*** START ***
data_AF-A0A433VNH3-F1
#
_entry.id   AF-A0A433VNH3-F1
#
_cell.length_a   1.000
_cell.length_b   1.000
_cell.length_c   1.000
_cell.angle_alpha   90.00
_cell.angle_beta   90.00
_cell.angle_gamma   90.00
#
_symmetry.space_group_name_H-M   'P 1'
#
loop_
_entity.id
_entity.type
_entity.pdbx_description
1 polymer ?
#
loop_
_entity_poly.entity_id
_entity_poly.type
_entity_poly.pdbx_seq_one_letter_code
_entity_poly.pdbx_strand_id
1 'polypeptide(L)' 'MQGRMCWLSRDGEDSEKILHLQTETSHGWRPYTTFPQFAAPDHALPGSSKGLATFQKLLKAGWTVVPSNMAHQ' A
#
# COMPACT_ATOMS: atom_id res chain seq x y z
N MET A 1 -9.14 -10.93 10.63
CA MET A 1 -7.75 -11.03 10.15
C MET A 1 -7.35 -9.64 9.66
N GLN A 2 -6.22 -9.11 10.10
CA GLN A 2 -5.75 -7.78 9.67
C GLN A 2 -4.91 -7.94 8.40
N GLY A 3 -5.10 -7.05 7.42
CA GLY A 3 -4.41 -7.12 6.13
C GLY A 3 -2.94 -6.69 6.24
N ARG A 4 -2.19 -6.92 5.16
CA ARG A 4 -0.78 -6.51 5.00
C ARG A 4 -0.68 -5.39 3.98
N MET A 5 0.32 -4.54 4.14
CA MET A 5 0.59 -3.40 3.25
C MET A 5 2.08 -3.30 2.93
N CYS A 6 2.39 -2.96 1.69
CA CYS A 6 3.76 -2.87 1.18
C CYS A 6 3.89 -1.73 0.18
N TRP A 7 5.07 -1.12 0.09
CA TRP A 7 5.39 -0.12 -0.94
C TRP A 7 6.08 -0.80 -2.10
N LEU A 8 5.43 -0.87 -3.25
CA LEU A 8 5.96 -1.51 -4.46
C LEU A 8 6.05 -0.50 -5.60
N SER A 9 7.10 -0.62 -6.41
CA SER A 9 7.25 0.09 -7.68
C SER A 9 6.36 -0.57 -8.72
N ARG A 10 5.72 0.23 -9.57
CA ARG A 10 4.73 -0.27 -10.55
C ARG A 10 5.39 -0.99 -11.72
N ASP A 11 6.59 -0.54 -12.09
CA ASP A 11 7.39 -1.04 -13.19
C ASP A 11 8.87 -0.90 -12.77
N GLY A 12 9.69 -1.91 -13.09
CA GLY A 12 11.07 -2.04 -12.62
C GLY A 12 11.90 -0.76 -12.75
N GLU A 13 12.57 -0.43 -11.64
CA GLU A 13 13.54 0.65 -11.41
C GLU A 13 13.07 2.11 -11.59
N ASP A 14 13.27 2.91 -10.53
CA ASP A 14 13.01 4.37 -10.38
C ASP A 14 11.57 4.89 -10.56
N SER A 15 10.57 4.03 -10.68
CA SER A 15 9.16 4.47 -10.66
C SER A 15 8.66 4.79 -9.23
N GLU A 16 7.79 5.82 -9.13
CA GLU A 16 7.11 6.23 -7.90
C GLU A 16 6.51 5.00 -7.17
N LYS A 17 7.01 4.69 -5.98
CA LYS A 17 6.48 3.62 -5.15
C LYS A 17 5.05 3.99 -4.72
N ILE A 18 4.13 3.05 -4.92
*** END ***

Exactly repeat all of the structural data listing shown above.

data_AF-A0A433VNH3-F1
#
_entry.id   AF-A0A433VNH3-F1
#
_cell.length_a   1.000
_cell.length_b   1.000
_cell.length_c   1.000
_cell.angle_alpha   90.00
_cell.angle_beta   90.00
_cell.angle_gamma   90.00
#
_symmetry.space_group_name_H-M   'P 1'
#
loop_
_entity.id
_entity.type
_entity.pdbx_description
1 polymer ?
#
loop_
_entity_poly.entity_id
_entity_poly.type
_entity_poly.pdbx_seq_one_letter_code
_entity_poly.pdbx_strand_id
1 'polypeptide(L)' 'MQGRMCWLSRDGEDSEKILHLQTETSHGWRPYTTFPQFAAPDHALPGSSKGLATFQKLLKAGWTVVPSNMAHQ' A
#
# COMPACT_ATOMS: atom_id res chain seq x y z
N MET A 1 -9.14 -10.93 10.63
CA MET A 1 -7.75 -11.03 10.15
C MET A 1 -7.35 -9.64 9.66
N GLN A 2 -6.22 -9.11 10.10
CA GLN A 2 -5.75 -7.78 9.67
C GLN A 2 -4.91 -7.94 8.40
N GLY A 3 -5.10 -7.05 7.42
CA GLY A 3 -4.41 -7.12 6.13
C GLY A 3 -2.94 -6.69 6.24
N ARG A 4 -2.19 -6.92 5.16
CA ARG A 4 -0.78 -6.51 5.00
C ARG A 4 -0.68 -5.39 3.98
N MET A 5 0.32 -4.54 4.14
CA MET A 5 0.59 -3.40 3.25
C MET A 5 2.08 -3.30 2.93
N CYS A 6 2.39 -2.96 1.69
CA CYS A 6 3.76 -2.87 1.18
C CYS A 6 3.89 -1.73 0.18
N TRP A 7 5.07 -1.12 0.09
CA TRP A 7 5.39 -0.12 -0.94
C TRP A 7 6.08 -0.80 -2.10
N LEU A 8 5.43 -0.87 -3.25
CA LEU A 8 5.96 -1.51 -4.46
C LEU A 8 6.05 -0.50 -5.60
N SER A 9 7.10 -0.62 -6.41
CA SER A 9 7.25 0.09 -7.68
C SER A 9 6.36 -0.57 -8.72
N ARG A 10 5.72 0.23 -9.57
CA ARG A 10 4.73 -0.27 -10.55
C ARG A 10 5.39 -0.99 -11.72
N ASP A 11 6.59 -0.54 -12.09
CA ASP A 11 7.39 -1.04 -13.19
C ASP A 11 8.87 -0.90 -12.77
N GLY A 12 9.69 -1.91 -13.09
CA GLY A 12 11.07 -2.04 -12.62
C GLY A 12 11.90 -0.76 -12.75
N GLU A 13 12.57 -0.43 -11.64
CA GLU A 13 13.54 0.65 -11.41
C GLU A 13 13.07 2.11 -11.59
N ASP A 14 13.27 2.91 -10.53
CA ASP A 14 13.01 4.37 -10.38
C ASP A 14 11.57 4.89 -10.56
N SER A 15 10.57 4.03 -10.68
CA SER A 15 9.16 4.47 -10.66
C SER A 15 8.66 4.79 -9.23
N GLU A 16 7.79 5.82 -9.13
CA GLU A 16 7.11 6.23 -7.90
C GLU A 16 6.51 5.00 -7.17
N LYS A 17 7.01 4.69 -5.98
CA LYS A 17 6.48 3.62 -5.15
C LYS A 17 5.05 3.99 -4.72
N ILE A 18 4.13 3.05 -4.92